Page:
Our Distance Teaching and Research Publication Methods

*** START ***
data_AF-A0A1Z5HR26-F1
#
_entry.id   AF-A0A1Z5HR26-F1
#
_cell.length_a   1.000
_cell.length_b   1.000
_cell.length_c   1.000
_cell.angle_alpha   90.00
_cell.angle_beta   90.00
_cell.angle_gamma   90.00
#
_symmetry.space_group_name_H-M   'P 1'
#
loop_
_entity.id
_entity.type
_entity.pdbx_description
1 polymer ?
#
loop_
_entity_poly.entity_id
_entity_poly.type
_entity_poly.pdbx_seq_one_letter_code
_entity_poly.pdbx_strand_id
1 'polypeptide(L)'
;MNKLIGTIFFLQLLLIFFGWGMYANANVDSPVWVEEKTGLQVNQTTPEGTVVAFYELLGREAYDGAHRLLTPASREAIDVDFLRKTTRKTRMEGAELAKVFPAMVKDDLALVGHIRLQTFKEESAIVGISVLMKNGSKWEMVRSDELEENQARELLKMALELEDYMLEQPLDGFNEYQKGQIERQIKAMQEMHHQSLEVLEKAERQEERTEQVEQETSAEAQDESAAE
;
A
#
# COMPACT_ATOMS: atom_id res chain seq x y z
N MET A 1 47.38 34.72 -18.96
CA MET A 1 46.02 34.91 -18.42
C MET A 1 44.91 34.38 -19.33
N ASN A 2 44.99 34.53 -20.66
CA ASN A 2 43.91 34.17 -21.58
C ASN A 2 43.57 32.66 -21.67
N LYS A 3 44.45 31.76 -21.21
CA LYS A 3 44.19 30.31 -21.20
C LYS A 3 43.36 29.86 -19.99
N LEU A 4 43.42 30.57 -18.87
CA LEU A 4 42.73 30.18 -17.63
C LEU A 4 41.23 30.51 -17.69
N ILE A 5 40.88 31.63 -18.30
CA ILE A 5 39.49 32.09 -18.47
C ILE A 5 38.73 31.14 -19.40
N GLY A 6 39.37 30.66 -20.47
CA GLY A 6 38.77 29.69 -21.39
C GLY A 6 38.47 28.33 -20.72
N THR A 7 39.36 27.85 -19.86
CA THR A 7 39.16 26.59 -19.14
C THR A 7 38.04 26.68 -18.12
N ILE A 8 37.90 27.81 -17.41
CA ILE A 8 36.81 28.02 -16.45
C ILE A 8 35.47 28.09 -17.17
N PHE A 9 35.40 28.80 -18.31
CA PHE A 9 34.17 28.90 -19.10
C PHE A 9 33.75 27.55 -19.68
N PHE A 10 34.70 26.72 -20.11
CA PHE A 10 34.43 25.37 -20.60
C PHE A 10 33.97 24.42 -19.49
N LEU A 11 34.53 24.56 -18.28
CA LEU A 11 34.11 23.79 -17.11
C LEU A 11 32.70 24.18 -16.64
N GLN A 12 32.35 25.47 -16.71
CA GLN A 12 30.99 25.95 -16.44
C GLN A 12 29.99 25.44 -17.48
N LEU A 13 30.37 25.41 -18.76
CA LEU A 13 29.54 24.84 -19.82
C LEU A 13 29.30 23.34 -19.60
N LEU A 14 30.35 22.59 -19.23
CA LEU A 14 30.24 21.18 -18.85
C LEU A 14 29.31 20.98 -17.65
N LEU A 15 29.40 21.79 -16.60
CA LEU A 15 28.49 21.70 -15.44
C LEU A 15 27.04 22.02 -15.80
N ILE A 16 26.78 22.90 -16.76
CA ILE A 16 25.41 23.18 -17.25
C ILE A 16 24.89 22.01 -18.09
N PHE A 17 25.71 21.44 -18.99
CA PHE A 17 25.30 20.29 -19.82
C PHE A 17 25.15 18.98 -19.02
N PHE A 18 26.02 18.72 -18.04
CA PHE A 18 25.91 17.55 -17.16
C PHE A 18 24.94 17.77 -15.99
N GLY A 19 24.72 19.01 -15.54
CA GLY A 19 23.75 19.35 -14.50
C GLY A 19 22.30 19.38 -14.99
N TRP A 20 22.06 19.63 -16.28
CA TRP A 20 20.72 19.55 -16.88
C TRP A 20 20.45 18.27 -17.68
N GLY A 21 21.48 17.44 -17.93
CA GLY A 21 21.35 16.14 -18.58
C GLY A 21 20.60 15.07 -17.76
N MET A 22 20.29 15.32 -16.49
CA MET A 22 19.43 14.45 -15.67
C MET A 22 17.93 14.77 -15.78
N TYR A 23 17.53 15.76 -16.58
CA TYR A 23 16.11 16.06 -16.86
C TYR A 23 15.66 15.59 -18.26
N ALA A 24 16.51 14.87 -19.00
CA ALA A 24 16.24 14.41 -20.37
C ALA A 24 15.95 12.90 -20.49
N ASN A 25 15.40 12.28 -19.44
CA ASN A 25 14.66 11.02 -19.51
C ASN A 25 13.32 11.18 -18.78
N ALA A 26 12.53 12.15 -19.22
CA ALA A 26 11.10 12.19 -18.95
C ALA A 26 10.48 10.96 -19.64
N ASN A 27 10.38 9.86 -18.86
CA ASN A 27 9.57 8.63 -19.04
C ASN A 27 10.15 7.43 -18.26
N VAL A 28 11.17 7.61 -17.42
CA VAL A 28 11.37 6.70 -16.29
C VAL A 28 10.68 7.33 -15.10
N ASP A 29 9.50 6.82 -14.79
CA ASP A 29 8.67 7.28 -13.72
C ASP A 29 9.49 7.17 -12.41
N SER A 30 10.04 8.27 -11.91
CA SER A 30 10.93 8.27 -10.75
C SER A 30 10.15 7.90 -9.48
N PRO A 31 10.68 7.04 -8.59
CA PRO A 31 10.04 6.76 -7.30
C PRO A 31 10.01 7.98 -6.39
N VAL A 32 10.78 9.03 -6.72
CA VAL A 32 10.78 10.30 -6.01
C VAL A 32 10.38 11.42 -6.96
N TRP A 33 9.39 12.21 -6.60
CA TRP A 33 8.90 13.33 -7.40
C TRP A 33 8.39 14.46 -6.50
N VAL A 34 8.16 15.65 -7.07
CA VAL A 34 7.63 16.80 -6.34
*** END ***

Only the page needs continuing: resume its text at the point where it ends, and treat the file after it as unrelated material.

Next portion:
This has been a spectacularly successful development made possible by the knowledge revolution that followed the development of the world wide web. I was a professor at IBM Kingston, New York when the intra company e mail system was starting to be developed. I had an office situated between millions of dollars worth of supercomputers, the IBM 3084, 3096 and LCAP clusters. Our new system of teaching is based on open access web sites, www.aias.us and www.upitec.org, in association with www.et3m.net. This method of teaching is based on positive reinforcement, such as that used in the Montefiori Einstein Center in New York City or the highly successful Montefiori School near Hyde Park in London. In other words the huge readership (the attached shows only 2% of it from universities, institutes and similar) is drawn to our work by curiosity, and simply likes to study what is sees. If it didn’t, it wouldn’t study it, as simple as that. They teach themselves, and over fifteen years a permanent new school of thought in physics has developed. It exists alongside the standard model in all the best places in the world simultaneously. It is very important indeed to measure the impact of such methods, and the result is attached. The impact is by far the highest in the world for a group of our size. So this is a form of enlightenment that has spread all over the world. Similarly the Montefiore School has the best examination results. The difference is that private schools like Montefiore are very expensive, and we teach openly and freely to all who want to learn. Over fifteen years, excellent ECE scholars have developed in their own ways. I implemented the Monefiore method with students at University of North Carolina, Charlotte, so one lecture a week was left free for them to study and develop the material of the other lecture. So I got good to excellent teaching grades, even though I had not taught before taking up my post there. My aim as a researcher, right from the beginning, was to make ideas freely available to my colleagues. In those days (1971 onwards), there was no highly developed internet, so the only way of measuring impact was by reprint request. As with all genuine artists, I developed my own style very early on. I was fortunate in that my Ph. D. supervisor, Mansel Davies, allowed me to go my own way, there was nothing further he could teach me after a certain point in development. I ran into reactionaries like any original thinker, but one cannot stop the march of ideas. In my own language: “Bid ben bid bont”, knowledge is a bridge to life. The standard methods of teaching are rigidly dogmatic, and based on negative reinforcement by dogmatic examination. If a bright young mind deviates with original ideas, it is usually met with obstacles. As an undergraduate I was diligent and careful not to tread on dogma. I had to get the top first of my year at the EDCL in Aberystwyth to win a postgraduate scholarship. Only as a postgraduate was I allowed to write my own papers, an example of positive reinforcement. I have always regarded careerism to be an irrelevance. I had to have a career in order to conform. A career is an obstacle to originality.



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